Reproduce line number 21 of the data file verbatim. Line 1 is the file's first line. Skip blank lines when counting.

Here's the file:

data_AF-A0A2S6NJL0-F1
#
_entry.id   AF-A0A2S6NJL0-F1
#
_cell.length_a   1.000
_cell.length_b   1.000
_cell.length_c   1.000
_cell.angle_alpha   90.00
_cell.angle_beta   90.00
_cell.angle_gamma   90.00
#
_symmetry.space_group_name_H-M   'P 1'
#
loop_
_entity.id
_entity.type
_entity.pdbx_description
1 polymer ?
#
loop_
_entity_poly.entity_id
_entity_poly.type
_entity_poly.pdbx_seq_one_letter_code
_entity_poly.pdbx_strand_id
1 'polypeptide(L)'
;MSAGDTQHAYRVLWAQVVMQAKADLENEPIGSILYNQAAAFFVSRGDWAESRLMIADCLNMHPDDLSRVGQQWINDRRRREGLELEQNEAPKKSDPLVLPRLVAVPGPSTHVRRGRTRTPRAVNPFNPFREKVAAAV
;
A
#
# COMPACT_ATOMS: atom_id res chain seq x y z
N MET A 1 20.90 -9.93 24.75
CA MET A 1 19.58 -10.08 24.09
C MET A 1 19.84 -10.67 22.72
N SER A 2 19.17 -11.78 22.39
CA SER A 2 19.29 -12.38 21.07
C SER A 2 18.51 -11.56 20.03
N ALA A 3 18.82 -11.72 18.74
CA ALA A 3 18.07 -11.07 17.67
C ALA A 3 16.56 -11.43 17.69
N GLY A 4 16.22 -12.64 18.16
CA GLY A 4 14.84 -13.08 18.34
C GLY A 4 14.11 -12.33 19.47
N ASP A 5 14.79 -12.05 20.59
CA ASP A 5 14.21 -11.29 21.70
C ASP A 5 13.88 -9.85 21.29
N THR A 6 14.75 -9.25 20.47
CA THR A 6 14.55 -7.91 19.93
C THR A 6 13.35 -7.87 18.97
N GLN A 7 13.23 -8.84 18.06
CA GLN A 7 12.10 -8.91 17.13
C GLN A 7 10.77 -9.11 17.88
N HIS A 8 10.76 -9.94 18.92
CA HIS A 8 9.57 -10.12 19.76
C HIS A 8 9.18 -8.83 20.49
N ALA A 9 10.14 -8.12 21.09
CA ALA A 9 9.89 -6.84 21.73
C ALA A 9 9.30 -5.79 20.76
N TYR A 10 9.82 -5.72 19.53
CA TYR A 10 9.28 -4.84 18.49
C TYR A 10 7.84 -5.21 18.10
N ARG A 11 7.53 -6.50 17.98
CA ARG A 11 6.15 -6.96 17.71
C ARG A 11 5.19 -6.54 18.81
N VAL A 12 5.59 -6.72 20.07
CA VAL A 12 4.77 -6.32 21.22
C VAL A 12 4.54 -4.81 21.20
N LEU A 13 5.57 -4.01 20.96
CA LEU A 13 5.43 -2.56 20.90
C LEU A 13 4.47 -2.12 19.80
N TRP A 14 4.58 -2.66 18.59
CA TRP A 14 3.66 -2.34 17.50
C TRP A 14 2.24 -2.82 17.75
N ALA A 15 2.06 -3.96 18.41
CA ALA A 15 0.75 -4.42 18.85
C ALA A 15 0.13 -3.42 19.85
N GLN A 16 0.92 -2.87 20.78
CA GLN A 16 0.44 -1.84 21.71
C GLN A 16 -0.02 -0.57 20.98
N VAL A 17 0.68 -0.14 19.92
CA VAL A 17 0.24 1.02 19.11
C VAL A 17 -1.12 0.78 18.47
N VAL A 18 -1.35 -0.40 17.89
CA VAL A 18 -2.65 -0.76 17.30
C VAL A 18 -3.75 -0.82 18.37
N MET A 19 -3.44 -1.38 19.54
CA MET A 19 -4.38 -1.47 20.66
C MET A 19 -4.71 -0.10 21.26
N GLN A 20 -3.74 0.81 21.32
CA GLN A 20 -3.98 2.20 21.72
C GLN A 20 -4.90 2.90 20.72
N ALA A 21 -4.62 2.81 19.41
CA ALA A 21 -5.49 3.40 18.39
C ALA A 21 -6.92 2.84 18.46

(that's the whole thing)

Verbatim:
_entity_poly.entity_id